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April 24, 1997updated 05 Sep 2016 12:37pm


By CBR Staff Writer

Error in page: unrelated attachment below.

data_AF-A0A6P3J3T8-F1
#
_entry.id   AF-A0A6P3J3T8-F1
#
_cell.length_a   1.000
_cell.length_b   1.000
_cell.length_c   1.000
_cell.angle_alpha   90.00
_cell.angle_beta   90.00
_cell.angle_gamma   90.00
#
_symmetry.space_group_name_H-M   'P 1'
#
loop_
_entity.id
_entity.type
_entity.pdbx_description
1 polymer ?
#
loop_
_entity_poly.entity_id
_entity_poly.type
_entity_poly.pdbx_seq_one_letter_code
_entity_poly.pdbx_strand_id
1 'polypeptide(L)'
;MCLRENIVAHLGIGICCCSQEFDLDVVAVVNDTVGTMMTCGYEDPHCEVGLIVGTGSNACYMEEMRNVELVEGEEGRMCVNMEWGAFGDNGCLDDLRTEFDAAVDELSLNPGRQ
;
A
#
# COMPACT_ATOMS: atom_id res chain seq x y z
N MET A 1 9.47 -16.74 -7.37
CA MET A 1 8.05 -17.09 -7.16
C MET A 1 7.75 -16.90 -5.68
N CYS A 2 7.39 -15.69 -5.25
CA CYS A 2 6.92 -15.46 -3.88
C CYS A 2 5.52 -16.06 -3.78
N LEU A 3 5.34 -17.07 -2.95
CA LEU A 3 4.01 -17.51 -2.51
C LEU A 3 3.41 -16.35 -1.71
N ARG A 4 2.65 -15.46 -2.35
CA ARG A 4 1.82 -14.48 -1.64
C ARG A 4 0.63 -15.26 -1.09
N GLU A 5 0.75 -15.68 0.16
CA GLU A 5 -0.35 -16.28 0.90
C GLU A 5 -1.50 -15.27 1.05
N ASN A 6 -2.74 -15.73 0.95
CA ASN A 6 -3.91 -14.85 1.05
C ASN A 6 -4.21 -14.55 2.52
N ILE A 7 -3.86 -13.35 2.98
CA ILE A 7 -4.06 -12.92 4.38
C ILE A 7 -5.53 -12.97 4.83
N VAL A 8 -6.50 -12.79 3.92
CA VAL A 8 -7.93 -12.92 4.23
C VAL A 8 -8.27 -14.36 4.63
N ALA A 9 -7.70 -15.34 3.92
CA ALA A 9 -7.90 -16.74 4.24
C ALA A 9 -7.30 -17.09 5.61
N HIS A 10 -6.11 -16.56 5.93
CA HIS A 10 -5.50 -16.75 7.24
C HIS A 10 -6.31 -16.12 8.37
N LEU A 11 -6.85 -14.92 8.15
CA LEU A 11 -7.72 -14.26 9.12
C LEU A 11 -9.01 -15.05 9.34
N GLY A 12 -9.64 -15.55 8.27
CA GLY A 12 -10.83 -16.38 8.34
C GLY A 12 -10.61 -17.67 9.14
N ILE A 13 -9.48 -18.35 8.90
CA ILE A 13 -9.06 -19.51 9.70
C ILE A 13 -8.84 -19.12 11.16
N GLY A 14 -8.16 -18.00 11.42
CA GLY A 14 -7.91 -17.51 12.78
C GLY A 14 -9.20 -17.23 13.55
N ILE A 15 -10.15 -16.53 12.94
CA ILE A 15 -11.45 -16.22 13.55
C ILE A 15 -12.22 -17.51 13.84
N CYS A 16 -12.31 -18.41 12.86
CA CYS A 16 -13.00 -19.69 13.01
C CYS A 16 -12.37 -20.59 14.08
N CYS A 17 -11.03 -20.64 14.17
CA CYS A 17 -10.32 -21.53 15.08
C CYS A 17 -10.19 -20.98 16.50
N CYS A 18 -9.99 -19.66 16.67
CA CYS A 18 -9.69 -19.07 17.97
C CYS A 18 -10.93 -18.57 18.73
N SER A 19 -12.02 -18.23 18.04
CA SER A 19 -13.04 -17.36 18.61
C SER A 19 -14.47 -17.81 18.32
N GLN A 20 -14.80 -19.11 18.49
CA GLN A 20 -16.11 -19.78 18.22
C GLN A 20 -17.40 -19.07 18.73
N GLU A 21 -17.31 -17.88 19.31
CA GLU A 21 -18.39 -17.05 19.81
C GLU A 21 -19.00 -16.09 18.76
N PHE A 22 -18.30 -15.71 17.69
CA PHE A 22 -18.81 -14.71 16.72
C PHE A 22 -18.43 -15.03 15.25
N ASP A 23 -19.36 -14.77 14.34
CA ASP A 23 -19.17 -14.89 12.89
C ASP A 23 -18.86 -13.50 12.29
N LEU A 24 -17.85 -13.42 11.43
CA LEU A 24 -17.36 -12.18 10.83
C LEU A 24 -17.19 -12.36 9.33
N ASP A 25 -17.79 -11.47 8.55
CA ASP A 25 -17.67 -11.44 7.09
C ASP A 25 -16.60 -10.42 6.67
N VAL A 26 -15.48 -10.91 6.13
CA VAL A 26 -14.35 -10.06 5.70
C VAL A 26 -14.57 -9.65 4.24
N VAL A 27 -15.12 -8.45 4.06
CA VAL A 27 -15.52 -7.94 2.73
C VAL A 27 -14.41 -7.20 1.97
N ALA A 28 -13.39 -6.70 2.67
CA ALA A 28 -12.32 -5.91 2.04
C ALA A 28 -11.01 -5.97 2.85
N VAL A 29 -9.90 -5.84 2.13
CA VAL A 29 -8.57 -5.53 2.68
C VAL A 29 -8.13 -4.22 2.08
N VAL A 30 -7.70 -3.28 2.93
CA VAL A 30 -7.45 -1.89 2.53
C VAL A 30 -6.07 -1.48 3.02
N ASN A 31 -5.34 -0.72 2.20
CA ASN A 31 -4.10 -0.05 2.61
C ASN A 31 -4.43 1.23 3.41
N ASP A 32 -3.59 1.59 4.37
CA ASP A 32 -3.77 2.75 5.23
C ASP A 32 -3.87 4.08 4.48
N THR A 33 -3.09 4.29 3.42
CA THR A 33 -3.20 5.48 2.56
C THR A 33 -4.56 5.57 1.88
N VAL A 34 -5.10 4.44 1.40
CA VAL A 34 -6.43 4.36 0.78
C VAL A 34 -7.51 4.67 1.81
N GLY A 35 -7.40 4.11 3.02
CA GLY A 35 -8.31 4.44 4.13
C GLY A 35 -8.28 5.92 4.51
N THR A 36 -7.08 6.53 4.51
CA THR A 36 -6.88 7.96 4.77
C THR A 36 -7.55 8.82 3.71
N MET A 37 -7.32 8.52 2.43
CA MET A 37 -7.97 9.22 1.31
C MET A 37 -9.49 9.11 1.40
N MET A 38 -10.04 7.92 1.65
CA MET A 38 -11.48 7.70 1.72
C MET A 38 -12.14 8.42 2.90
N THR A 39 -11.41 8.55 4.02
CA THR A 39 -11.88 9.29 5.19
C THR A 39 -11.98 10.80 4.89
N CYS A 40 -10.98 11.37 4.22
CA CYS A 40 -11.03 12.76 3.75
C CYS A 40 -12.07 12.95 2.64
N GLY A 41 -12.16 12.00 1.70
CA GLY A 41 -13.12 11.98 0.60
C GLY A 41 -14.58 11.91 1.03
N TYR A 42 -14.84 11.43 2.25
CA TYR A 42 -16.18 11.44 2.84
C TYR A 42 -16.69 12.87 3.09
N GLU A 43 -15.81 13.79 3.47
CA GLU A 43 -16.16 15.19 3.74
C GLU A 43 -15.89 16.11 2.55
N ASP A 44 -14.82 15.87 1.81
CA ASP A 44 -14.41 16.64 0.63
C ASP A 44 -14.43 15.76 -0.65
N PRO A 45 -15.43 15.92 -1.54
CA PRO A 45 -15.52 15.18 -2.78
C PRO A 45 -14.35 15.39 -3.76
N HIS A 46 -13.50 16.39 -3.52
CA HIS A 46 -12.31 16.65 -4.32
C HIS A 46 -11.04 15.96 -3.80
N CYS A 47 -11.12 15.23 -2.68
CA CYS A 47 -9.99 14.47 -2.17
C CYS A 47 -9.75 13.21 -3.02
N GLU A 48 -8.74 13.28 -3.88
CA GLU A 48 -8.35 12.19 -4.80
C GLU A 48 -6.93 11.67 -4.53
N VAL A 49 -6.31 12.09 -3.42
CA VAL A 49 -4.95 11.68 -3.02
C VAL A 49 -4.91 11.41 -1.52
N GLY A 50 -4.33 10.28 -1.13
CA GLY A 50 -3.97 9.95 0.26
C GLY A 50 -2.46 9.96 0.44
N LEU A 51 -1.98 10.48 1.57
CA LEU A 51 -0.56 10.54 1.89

IBM Corp reported first-quarter figures that were well in excess of analysts’ expectations, in spite of decreased sales of mainframes and a strong dollar. Net income for the quarter was up 54% at $1.2bn – or $2.37 per share – ahead of Wall Street projections of $2.28, on revenue which increased 5% to $17.3bn. Excluding a charge associated with acquisitions taken in the first quarter of 1996, net income was essentially flat. The company says that its server business was adversely affected by product transitions – which hurt System/390 sales – and, as so many others complain of, ongoing weakness in Europe – hitting the AS/400 numbers. RS/6000 sales continued to suffer in the face of competition. Overall hardware sales were flat at $7.8bn, with PC, PC server and storage system revenues all slightly up. Services, as expected, more than offset weaknesses elsewhere, with revenues climbing 28% to $4.1bn. Services contracts signed during the quarter were worth roughly $3bn. Software revenues declined by 3% to $2.9bn, although the company says shipments of Tivoli management software were more than double the same period last year and Lotus Notes installations increased by about 1.7 million seats to approximately 11 million. On a constant currency basis, hardware revenues were up 5%, services grew 34% and software rose 2%. Maintenance revenues for the quarter declined 8% to $1.6bn, and revenue from rentals and financing improved 4% to $899m. Geographically, Big Blue’s North American revenues were up 14% at $7.9bn; Europe/Middle East/Africa predictably declined 7% to $5.3bn; Asia-Pacific rose 3% to $3.4bn and Latin America increased 2% to $701m. With one good quarter behind it, IBM just needs to get through one more before – according to analysts at Morgan Stanley – it enjoys an impressive second half of 1997.

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